Rusil, Fajar, Aiman Hakimi, Lokhman, Azam, Khalida, Diyana, Firdaus, Naz, Pika, Syawal, Ain, Khairul, Azaim, Ikmal, Afiq, Razif, Ame. Ame’s auntie makes the best nasi lemak.
I took the students out for roti with tea one Saturday morning. We walked to the restaurant from school and it happened to be Naim’s father’s shop. After eating his roti dahl I paid Naim to bring the roti to school a few times.
These girls love a good boomerang photo. We sat underneath the car park overhang and I played music…not my teacher playlist but the music I actually listened to. Ain gave me henna while other students spoke in Malay and played in the field. It was a pure moment and I cried.
Humaira, Sarah, Rahatul, Husna, Damia.
I mean how precious are they?
Husna, Rahatul, Ain, Ain Syuhada
Firdaus (Daus) A precious, sassy form 4 student and friend/alien with serious fashion sense.
My reaction to seeing my black eyebrows. The students wanted to give me a makeover…(should I take the hint?) It was a really sweet gesture and I felt honored but by the end of it I looked like a new person.
They did my hair and dressed me in various garments they made for the Geography Fashion show. I’m gonna miss them so much :/
Rusil and Diyana.
After the makeover the students showed me their chickens. Their class was broken into groups and they were each given a shelf and several chickens to feed and keep alive throughout the year.
I have been saving this Monday Crossword for nine months and finally decided to do it. My mom sends me clippings of Crossword puzzles and KenKen puzzles from the NYTimes and they are some of my most prized possessions here in Malaysia. Zak and Camila came over last weekend to sleepover and hang out. We watched “Get Out,” ate vegetables, and started to unpack the year.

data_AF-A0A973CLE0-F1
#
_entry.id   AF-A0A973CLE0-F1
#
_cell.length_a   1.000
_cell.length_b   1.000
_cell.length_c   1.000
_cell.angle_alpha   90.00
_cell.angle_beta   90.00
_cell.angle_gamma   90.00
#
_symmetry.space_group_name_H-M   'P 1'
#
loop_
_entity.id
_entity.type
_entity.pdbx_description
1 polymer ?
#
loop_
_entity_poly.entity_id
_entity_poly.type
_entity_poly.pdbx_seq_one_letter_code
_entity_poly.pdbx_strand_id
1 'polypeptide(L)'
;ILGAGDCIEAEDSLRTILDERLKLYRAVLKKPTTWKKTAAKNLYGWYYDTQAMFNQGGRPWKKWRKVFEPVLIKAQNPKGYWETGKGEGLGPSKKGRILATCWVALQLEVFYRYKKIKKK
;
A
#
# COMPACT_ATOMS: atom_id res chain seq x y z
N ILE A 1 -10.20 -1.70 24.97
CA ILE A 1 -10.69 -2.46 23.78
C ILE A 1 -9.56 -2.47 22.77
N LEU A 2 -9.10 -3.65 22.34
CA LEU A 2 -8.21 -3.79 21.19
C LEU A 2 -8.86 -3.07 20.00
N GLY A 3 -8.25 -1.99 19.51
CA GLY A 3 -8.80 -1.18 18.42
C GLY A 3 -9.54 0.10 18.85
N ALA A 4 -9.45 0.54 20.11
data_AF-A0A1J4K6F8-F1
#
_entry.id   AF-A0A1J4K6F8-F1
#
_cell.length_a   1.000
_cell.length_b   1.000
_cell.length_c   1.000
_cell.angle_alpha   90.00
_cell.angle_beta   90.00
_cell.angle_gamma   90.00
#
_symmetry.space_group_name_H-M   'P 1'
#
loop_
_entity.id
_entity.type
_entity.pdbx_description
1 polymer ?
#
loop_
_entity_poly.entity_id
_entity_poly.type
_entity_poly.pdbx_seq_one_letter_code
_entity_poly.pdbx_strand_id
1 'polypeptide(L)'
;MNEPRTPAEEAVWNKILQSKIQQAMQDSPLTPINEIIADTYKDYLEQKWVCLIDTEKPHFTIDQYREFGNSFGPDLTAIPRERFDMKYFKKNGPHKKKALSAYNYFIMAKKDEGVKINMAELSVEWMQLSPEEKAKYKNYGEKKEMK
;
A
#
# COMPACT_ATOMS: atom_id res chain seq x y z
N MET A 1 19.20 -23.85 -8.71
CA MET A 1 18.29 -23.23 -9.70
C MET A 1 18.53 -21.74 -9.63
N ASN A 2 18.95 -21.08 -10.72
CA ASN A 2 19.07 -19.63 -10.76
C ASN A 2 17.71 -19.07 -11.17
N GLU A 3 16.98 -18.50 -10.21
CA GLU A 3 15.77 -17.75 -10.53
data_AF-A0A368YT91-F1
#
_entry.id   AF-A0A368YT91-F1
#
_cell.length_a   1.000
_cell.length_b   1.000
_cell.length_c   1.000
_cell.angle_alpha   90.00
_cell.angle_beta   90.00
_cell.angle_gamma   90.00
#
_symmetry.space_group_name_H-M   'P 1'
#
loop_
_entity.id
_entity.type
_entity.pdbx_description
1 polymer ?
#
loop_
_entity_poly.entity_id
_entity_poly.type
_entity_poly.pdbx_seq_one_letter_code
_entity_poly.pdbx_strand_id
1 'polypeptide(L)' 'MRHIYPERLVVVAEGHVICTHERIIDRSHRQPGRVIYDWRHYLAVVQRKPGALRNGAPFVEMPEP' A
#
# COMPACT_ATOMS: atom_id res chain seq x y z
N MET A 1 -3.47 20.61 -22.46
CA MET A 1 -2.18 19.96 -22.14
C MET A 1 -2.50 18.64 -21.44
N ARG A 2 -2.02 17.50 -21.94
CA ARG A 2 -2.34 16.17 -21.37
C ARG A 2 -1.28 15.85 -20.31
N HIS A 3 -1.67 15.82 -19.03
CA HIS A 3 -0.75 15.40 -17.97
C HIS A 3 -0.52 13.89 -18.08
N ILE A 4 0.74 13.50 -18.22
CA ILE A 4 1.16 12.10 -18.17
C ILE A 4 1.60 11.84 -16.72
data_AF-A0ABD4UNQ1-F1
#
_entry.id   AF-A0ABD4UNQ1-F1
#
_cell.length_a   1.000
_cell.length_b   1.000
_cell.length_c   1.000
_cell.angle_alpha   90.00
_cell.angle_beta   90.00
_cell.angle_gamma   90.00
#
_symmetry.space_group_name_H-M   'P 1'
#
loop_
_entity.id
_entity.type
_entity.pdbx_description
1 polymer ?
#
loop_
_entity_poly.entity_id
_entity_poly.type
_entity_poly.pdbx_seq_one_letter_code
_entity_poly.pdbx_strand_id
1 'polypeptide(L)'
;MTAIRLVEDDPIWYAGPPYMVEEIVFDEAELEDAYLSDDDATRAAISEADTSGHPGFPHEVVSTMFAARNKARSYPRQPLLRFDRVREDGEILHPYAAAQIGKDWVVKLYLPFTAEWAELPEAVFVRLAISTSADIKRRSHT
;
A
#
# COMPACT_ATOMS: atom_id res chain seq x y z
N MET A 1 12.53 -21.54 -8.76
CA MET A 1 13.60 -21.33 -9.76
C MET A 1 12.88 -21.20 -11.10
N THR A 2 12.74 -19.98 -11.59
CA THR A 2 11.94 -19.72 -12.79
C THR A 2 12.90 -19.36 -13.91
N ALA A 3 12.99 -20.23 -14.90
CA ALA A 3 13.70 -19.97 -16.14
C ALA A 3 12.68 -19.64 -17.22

At one point, the owner of the stall brought us a plate of chicken feet “for free” she said, “you must try” she said. We did try lah.
During class one day Aliyah (5p) asked me if I was going to the prefect dinner and I told her I knew nothing about it. She told me she asked the teachers to invite me and said she would ask again. That meant the world. We went to a hotpot restaurant an hour away in Temerloh. I took the bus home with students and we sang songs and ate sour plum candy.
Naim, Rusil, and Pika, form 4IS.
Form 5<3
Last weekend I met up with Azam, Daus, and Rusil and we ate cendol/ABC at a stall by the side of the road.
After, we ate roti canai and roti dahl at Azam’s family’s stall. We then went on a hike through the palm fields by his grandma’s home.


Students arranged a ride to my town so we could eat KFC together and it always means a lot to me when they make the trek out. This time, I didn’t realize that they were going to demand to be fed and entertained for like 6 hours until one girl’s brother came to pick them up.
Hokkien Mee – not halal
Teh Tarik
Roti canai soaked in kari at my desk from Teacher Aniza.
A typical lunch at school…two pieces of chicken, rice, chicken broth, sambal
Nasi Lemak with fried egg.
Nasi Lemak packed
Nasi hujan panas with fried chicken and salad – Friday food.
Last but not least, my parent’s beautiful new apartment in Jersey City featuring my dad.

Thank you for reading, I can’t wait to see you in December and hear your stories, too.



ClareAbouts is not an official U.S. Department of State publication, and the views and information presented in this blog are entirely my own, and do not represent the Fulbright U.S. Student Program or the U.S. Department of State or the Fulbright Commission or Malaysia.